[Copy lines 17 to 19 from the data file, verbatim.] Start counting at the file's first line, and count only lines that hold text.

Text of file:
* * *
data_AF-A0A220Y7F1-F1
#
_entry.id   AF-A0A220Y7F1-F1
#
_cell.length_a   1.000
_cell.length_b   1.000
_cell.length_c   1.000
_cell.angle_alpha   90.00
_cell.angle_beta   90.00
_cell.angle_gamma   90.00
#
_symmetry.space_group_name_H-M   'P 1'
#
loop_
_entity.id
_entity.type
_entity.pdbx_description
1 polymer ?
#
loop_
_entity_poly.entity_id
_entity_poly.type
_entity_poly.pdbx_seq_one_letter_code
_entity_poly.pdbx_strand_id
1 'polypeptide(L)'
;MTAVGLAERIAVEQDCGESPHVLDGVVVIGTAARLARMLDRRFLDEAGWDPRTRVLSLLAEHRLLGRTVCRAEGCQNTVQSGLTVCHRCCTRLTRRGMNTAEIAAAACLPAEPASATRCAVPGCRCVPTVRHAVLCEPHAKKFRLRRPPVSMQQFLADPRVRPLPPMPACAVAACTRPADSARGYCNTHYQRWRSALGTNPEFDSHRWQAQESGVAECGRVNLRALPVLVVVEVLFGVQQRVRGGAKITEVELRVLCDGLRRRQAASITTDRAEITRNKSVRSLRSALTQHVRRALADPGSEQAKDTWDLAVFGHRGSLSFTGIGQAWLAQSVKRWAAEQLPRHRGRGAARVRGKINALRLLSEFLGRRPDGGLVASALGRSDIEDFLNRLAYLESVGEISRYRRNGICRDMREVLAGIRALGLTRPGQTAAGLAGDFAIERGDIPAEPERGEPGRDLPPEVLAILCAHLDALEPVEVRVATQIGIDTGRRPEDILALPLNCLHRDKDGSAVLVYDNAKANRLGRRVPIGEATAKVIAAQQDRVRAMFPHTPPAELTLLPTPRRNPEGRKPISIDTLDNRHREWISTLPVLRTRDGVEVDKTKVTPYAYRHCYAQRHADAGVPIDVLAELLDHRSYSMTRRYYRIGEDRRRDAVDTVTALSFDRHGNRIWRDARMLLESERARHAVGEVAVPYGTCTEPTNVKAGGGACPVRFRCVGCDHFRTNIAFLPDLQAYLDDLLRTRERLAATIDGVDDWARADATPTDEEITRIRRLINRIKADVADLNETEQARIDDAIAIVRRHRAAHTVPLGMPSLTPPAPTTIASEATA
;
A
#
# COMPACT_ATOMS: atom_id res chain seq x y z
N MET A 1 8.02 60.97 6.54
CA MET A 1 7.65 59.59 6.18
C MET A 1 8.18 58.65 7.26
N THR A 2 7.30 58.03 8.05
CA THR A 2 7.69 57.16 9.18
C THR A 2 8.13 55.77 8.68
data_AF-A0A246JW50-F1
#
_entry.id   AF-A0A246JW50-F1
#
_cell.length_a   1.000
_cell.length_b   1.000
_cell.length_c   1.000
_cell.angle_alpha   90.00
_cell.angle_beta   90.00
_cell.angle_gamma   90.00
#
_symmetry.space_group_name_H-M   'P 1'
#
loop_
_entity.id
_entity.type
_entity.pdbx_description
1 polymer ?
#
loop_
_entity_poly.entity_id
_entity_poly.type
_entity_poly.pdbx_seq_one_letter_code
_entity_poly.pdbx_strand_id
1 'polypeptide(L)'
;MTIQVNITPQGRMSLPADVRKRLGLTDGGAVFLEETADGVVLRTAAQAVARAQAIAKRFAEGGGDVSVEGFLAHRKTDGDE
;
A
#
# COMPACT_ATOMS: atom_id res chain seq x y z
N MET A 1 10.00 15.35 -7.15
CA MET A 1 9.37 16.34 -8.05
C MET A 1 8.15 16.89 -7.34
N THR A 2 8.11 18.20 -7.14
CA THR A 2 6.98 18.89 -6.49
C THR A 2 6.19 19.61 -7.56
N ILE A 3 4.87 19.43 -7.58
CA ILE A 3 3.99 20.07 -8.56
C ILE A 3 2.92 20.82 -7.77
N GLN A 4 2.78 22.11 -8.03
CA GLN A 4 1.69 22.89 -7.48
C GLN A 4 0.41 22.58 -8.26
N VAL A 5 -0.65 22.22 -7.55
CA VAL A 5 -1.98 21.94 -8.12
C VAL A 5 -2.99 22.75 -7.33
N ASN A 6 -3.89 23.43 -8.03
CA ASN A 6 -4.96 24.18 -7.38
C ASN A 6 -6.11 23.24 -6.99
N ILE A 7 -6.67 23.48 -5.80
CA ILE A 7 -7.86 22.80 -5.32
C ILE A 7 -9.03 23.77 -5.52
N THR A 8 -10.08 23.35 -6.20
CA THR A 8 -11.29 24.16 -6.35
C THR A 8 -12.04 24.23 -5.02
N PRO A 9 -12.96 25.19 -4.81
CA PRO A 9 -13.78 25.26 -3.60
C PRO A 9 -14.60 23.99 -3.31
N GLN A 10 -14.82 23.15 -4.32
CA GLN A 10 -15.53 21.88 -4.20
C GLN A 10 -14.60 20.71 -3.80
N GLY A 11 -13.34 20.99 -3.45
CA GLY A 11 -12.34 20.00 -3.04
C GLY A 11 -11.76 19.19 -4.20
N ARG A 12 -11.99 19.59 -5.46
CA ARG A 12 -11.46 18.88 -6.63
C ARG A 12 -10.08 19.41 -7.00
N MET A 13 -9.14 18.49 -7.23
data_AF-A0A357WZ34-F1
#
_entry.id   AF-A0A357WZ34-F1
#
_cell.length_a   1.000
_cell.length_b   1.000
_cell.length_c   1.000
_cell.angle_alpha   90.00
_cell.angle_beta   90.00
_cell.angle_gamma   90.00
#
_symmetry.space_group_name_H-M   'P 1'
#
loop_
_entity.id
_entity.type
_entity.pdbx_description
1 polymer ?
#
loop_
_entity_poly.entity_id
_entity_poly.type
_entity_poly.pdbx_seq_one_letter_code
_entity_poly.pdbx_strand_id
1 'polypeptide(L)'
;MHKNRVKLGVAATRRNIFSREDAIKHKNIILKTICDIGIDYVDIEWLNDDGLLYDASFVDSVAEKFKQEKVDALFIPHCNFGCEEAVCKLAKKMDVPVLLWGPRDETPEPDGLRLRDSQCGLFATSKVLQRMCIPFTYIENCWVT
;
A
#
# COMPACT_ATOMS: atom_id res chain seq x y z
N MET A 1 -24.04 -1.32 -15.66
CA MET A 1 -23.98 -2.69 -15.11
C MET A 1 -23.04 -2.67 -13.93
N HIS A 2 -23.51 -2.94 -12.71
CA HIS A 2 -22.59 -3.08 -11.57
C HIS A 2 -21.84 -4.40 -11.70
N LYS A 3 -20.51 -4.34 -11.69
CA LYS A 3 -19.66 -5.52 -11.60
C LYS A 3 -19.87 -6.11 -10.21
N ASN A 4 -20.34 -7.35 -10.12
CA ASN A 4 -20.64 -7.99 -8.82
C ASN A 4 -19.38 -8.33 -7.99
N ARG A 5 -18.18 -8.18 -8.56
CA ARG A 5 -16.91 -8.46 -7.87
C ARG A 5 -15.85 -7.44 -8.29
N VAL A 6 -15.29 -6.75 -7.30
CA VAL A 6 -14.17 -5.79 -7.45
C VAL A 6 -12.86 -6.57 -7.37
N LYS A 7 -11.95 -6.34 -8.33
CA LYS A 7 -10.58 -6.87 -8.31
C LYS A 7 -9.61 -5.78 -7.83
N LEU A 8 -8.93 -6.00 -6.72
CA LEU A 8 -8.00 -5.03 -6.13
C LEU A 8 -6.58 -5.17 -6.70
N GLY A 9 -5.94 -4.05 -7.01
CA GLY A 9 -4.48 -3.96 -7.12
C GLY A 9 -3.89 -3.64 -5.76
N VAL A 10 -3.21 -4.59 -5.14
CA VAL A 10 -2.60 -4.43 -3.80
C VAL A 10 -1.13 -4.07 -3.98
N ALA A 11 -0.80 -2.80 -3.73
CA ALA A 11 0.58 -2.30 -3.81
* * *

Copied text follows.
_entity.pdbx_description
1 polymer ?
#